There’s this thing in digital audio called Dither.
It’s the first step of lossy-ness.
But it’s never talked about outside of mastering engineer shop talk.
I think it’s ignored because it’s misunderstood, and frankly, would hurt sales if explained.
Dither, using the most simple explanation, is static.
It is added to digital audio files in the studio on purpose.
It is needed to cover up the nasty residue from downsampling.
Downsampling is when a digital audio file has it’s resolution reduced.
This reduction is done before getting to you, the consumer, for reasons that aren’t totally needed anymore.
Key point — this is the basis of so-called hi-res music. If your copy is the same resolution as the files were in the music studio while being created, you have a hi-res copy.
If your resolution is lower than the original, it’s probably been dithered, and compressed using a lossy codec.
Is 16/44 lossless (CD quality) hi-res?
Depends on how it was recorded.
If, in the studio, that artist, producer, mixing engineer and mastering engineer all worked with 16/44 tracks, then 16/44 is indeed hi-res. It’s the highest native res they have.
“Hi-res” actually means highest native resolution.
Chances are the studio production was done at higher than 16/44 resolution. After all, 24/48 and 24/88 resolutions have been standard since the 1990’s.
Since 2010 or so 24/96 has been common. Whatever they mixed in is the native (hi-res) version.
Upsampling doesn’t matter here.
You have the same signal after you upsample, you just have more blank space in it.
In some rare cases (like restoration of bad audio) mastering engineers will upsample to work on a project then downsample before distribution. This rare instance doesn’t affect this debate because they usually downsample without dither in those cases.
So why Dither, again?
Downsampling a complex audio signal means you have to fit that waveform into fewer datapoints. Less pixels, so to speak. Look at your computer monitor. It might display around 1280 x 720 pixels, a total of 921,600 pixels.
If that screen could only display a resolution of 800 x 600 for a total of 480,000 pixels, that’s a whopping 48% reduction in pixels!
Could you see the same detail at 800 x 600 as you could at 1280 x 720?
Guess what – your ears are far more accurate and attentive to loss and damage than even your eyes.
Taking an audio file from say 24/88 to 16/44 by downsampling reduces it greatly. The resulting ‘jaggies’ in the audio signal – due to the bigger ‘pixels’ – sound horrible. They can leave glitches and digital damage sounds in the file. They are in no way musical or easy to avoid.
From Wikipedia: The process of reducing bit-resolution causes quantization errors, also known as truncation distortion, which if not prevented, can sound very unpleasant
That’s why Dither was developed.
Engineers found that by applying a small amount of static or fuzz or white noise randomization to the downsampled signal, the nasty glitches went away, or were otherwise covered up.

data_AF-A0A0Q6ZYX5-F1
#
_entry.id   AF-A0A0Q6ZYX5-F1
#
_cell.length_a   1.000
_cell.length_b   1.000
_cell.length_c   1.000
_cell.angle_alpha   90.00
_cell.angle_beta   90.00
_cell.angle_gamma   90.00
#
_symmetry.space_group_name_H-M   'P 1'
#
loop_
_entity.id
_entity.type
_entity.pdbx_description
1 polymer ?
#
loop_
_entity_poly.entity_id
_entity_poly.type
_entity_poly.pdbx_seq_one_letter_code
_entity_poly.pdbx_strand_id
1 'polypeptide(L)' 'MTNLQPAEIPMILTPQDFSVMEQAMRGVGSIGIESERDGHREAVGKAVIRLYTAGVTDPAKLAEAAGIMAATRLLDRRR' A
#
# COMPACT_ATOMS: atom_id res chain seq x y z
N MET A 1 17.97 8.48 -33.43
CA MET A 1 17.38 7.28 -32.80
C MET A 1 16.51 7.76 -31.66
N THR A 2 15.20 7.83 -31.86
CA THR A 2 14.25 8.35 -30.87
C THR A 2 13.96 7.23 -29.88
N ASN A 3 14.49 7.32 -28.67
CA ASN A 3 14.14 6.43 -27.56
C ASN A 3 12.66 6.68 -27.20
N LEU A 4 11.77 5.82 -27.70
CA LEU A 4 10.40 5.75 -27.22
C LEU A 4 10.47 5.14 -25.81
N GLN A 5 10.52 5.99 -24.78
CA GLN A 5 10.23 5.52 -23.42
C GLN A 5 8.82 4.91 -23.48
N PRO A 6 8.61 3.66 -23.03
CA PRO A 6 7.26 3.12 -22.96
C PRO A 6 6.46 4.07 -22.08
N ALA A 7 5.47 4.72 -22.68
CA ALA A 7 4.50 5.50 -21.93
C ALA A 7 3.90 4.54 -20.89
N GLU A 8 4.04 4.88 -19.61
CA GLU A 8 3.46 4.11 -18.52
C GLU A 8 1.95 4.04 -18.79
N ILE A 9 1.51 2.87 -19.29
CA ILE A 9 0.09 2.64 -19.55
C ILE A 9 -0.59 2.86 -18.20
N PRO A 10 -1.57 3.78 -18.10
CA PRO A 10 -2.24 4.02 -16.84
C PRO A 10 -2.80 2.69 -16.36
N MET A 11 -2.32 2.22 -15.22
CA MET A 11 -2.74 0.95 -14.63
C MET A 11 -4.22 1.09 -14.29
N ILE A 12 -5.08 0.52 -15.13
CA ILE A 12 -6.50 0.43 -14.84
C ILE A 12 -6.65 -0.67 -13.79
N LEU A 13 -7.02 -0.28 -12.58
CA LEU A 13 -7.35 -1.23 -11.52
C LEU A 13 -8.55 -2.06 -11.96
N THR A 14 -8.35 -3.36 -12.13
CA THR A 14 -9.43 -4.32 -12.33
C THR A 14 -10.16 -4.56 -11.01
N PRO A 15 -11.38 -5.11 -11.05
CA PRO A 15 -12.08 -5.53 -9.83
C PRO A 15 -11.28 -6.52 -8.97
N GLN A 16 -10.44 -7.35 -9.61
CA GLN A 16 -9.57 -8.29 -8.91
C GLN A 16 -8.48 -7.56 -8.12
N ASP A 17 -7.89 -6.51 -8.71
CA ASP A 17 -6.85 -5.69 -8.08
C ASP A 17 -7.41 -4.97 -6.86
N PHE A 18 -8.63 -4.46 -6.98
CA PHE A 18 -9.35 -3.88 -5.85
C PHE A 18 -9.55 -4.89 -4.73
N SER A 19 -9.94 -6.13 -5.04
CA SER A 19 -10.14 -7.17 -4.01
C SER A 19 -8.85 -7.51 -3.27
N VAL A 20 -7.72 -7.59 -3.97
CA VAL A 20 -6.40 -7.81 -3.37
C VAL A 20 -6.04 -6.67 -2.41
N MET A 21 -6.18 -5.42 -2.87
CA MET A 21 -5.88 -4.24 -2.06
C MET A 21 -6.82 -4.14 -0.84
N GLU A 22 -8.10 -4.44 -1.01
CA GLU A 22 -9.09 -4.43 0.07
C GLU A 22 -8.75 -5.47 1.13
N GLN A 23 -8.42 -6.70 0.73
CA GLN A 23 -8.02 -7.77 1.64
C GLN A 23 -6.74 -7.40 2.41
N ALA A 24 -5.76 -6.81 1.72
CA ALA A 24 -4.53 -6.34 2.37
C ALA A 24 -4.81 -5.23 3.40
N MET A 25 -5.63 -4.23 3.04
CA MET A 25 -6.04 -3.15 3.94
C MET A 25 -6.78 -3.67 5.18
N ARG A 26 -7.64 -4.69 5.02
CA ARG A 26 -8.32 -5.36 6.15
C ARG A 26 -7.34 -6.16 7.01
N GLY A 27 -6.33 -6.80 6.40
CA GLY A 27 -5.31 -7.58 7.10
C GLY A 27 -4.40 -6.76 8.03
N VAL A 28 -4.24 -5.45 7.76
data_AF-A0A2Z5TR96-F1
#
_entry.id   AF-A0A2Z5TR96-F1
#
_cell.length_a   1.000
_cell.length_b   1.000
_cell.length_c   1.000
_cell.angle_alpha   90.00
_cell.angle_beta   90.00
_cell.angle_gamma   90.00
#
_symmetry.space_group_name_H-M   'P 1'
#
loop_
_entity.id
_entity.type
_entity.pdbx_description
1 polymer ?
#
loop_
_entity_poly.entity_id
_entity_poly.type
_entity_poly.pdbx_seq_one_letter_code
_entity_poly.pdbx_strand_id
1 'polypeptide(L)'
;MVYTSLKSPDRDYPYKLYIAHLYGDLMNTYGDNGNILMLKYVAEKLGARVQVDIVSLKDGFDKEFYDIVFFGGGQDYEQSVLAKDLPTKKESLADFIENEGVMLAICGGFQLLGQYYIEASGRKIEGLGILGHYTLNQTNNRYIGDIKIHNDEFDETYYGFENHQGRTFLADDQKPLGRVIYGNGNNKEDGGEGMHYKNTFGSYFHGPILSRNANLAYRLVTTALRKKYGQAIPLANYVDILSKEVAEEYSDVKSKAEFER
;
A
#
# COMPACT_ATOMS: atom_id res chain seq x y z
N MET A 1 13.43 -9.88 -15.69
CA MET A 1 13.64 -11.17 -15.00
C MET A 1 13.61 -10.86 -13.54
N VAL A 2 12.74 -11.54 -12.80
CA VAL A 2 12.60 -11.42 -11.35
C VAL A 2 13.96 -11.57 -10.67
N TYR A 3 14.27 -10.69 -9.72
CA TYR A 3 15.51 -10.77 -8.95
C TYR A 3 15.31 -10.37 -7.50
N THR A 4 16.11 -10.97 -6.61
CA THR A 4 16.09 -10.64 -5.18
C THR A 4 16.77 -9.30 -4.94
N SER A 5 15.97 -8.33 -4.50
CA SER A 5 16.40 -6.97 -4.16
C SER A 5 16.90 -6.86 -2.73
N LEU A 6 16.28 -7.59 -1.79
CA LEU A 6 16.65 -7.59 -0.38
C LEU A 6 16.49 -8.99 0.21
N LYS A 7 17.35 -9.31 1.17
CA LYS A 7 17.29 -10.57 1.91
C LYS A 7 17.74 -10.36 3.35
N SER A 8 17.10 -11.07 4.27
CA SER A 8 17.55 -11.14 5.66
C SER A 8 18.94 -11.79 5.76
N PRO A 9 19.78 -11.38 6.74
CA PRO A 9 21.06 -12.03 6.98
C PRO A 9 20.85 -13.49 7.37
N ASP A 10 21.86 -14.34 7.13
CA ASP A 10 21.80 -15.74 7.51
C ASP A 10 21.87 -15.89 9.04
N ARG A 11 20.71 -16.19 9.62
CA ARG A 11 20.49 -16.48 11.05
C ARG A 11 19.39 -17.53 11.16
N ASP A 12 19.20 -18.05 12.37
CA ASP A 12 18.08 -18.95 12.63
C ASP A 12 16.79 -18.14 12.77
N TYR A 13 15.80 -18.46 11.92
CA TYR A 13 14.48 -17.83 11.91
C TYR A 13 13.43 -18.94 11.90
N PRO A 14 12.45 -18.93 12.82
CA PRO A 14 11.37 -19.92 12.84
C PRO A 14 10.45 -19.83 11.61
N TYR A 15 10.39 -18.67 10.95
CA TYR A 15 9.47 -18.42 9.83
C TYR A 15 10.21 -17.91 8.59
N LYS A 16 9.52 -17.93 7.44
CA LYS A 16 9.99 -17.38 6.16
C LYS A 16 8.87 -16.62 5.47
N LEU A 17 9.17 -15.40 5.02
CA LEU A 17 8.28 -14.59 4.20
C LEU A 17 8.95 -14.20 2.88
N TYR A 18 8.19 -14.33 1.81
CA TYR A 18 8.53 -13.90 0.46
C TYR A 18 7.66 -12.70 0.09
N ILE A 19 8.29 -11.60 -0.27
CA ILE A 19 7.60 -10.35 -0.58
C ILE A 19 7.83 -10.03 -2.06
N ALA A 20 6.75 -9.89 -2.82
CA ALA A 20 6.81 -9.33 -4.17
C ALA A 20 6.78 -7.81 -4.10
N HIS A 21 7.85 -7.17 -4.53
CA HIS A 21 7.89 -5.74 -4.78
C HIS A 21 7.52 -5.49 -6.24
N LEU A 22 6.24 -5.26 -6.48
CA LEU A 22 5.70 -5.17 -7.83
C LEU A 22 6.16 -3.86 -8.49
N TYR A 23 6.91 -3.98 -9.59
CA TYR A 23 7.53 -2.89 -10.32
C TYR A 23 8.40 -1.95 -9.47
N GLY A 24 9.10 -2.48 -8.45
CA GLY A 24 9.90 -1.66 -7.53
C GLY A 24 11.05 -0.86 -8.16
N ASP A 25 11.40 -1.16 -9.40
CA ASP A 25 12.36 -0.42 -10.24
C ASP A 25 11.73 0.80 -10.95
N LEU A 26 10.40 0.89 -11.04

Masking always has side effects.
So they reduced the file size and covered up some of the damage with inaudible fuzz. Why is it bad?
It’s not really bad.
It just is the first step of degradation from the original, and is not really needed anymore. Not in 2018 or future years.
This is all based on bandwidth restrictions. File size.
That’s the only reason to downsample in the first place.
In 1978 they developed the standard of 16/44, determined to be good enough for consumer music. It had the right mix of quality sound and file size.
By their standards, the files were huge. CD’s were invented to hold all that data! A song might be 50mb. A whole album could be 500mb. That was a lot of data back then.
It would literally cost 10’s of thousands of dollars to get a hard drive big enough to hold 1 album!
We simply couldn’t afford to store, transfer, or convert high-res 24bit audio files back then.
In fact it took until the mid 90’s for professional studio to be able to afford hi-res. It took until 2010 or so for an average consumer to afford using hi-res music.
In the late-90’s, some music labels with huge archive libraries began re-converting analog masters to digital at 24bit. The amazing thing was we learned that in some cases, their original 16bit digitization efforts weren’t even complete!
It’s not just production.
Consumer music is about the playback device. Playback devices need to be affordable or no one will buy them.
The price of a DAC in the 1980’s that could convert 24bit files cost 5x as much as a DAC that could convert 16bit files.
It just wasn’t practical to use 24bit as a consumer format in the 80’s. Even if you lived with bigger files you’d need hundreds of dollars of storage space and much more expensive DAC’s.
The sad thing is that sometime in the early 21st century our chip prices, bandwidth, and price of storage all reached a level where we no longer need all this degradation of our art.
A full-resolution, stereo 24bit digital signal takes as much bandwidth as a Netflix HD stream. There’s millions of them going 24/7.
But people still degrade their music, 2, 3, even 4 times before it hits their ear. #Sad.
Instead of going to 11 they decided to dial it back to 5. And keep it there forever.